Retail crime is a 'spiraling problem' in Kansas, the state's AG says, as rising drug use leads to a surge in shoplifting in Wichita

Wichita, Kansas
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  • Organized retail crime is rising in Wichita, Kansas, according to a report by CNN.

  • Rising drug use in the area is leading to a surge in shoplifting, local crime officials say.

  • Items being targeted include Lego sets, jewelry, beauty products, and Tide detergent.

Wichita, Kansas, is becoming a hotbed for retail crime, according to a report by CNN.

Kansas Attorney General Kris Kobach told CNN that it was a "spiraling problem" in the state that left both store employees and the general public "frustrated."

"To see this much retail crime, it's shocking," Captain Casey Slaughter, who leads Wichita Police Department's property crimes bureau, told CNN.

Retail crime is rising across the US. Organized retail crime at retailers was 26.5% higher in 2021 than in the previous year, according to a study by the National Retail Federation. Target said organized retail crime has led to more than $400 million in profit losses in 2022. Cities including San Francisco have seen a huge exodus of retailers, in part due to concerns about crime.

It's a problem in Wichita, too. Retail theft in the city in 2023 so far is up 35% over the five-year average, Slaughter told CNN.

Slaughter said that thieves were "basically taking anything that can be quickly carried out of the store," and would often sell them on online marketplaces or at small stores afterwards. He said that the most stolen items reported by retailers included expensive clothing and footwear, Lego sets, jewelry, beauty products, sporting goods, power tools, and Tide detergent.

"Property crime is an emerging problem in Wichita," Joe Sullivan, Wichita's police chief, said at a Sedgwick County board of commissioners meeting in April. "I'm very concerned about the sudden rise in burglary and retail theft."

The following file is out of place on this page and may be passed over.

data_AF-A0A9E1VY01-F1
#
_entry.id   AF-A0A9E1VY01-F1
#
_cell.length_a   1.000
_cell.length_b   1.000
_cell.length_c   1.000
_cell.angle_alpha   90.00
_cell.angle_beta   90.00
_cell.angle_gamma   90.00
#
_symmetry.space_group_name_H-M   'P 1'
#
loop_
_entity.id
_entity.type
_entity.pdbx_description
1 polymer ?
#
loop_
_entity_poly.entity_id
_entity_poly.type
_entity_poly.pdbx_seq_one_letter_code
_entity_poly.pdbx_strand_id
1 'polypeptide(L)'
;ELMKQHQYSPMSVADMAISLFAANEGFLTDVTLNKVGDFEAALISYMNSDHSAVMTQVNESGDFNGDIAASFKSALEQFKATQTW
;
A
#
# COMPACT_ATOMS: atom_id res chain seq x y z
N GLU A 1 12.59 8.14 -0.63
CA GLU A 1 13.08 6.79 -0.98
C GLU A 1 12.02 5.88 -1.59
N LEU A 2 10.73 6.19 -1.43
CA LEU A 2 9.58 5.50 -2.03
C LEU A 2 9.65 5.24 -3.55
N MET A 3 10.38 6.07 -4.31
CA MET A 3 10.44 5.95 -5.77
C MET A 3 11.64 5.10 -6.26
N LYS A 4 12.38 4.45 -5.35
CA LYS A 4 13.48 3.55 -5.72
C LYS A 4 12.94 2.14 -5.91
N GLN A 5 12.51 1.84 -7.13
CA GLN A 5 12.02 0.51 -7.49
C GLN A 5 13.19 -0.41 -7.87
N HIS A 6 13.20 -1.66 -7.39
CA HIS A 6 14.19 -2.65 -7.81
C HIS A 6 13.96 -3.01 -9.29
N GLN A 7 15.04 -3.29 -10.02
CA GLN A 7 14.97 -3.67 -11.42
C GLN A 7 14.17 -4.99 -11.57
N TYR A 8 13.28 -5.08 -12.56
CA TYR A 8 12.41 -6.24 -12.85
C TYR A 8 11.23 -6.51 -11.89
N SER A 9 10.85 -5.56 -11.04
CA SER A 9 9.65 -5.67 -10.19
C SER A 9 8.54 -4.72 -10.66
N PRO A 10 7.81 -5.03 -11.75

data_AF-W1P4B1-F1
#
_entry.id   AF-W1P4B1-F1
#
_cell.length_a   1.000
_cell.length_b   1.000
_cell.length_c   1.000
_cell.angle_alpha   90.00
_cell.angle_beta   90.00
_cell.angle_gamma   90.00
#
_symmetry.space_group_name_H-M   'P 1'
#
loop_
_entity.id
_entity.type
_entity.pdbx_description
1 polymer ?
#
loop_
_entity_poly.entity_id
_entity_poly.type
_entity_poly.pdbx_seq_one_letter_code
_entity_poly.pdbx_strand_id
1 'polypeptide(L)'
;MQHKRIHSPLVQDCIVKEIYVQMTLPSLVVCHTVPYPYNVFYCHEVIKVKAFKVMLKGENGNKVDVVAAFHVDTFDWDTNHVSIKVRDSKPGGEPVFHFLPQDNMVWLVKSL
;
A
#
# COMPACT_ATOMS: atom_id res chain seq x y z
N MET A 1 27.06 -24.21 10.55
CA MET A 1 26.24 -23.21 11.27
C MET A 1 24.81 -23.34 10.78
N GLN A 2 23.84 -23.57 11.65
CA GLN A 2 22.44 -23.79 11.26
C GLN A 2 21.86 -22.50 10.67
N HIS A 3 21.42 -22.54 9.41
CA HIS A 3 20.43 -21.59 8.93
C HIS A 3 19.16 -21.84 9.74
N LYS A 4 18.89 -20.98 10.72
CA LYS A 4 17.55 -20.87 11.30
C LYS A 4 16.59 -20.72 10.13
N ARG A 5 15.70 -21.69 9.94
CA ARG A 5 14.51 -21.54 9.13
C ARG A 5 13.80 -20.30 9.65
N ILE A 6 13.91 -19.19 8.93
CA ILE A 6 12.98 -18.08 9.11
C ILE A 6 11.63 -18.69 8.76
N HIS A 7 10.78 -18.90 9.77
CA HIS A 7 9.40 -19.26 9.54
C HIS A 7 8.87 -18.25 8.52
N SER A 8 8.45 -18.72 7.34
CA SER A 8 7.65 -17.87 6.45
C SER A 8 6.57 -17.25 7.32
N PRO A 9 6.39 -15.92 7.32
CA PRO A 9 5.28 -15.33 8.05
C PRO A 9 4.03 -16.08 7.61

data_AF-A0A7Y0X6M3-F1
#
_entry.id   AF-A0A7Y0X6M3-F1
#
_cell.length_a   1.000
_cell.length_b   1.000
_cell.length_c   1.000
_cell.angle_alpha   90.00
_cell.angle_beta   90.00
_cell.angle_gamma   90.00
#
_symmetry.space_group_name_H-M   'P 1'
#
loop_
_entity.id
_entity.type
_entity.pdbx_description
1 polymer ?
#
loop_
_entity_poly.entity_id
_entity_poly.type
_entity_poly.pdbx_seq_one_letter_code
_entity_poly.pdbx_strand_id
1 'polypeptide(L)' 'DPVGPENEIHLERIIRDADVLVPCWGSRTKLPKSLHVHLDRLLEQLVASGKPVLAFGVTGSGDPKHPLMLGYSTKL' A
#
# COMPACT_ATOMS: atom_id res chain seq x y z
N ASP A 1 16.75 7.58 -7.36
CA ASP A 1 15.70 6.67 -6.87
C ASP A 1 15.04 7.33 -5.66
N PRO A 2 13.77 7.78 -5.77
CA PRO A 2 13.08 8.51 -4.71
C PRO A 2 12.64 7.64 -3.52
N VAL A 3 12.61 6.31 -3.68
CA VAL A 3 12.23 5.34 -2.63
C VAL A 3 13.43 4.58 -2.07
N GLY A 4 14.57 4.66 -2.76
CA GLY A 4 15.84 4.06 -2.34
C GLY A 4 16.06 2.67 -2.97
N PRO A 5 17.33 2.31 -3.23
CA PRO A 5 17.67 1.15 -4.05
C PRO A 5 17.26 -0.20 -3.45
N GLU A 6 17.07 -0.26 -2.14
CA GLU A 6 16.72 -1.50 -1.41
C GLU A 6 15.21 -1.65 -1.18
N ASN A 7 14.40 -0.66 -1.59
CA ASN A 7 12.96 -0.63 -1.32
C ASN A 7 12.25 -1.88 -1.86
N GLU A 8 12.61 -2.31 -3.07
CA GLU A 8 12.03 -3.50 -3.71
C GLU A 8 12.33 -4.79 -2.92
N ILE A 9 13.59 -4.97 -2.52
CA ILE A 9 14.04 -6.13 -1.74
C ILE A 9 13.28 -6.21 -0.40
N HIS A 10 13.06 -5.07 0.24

One of the city's Victoria's Secret stores loses around $30,000 a month to theft, the fourth-highest of the retailer's stores in the US, Sullivan said. He added that outdoor leisure retailer Cabela's said that its Wichita store was its worst for loss nationwide.

"There's a small number of people committing the vast majority of this large number of crimes," Sullivan said.

In Derby, a smaller city to the south of Wichita, retail crime is primarily from big box stores, the city's police chief Robert Lee said during an April meeting.

"What we see now is much more organized rings of shoplifters," Lee said. "We see them where they can more easily dispose of the property that they steal quickly: They don't have to go to pawn shops anymore, they just take care of it on social media and sell it that way, but we see them now much more likely to confront store employees, confront the police, and use extraordinary means to facilitate their escape. We see a lot of high-speed pursuits as results of shoplifts."

Local crime officials say that drugs, and in particular fentanyl, a synthetic drug like heroin but 50 times more potent, appear to be driving a lot of the retail crime. Drug-associated deaths by Sedgwick County residents increased by 91% from 2015 to 2020, according to county data, largely due to a sharp rise in opioid-associated deaths.

Actions retailers across the US have taken to reduce theft include putting tags on high-value items or storing them in locked cabinets, hiring more security guards, and, in the case of Home Depot, introducing power tools that won't work if thieves steal them.

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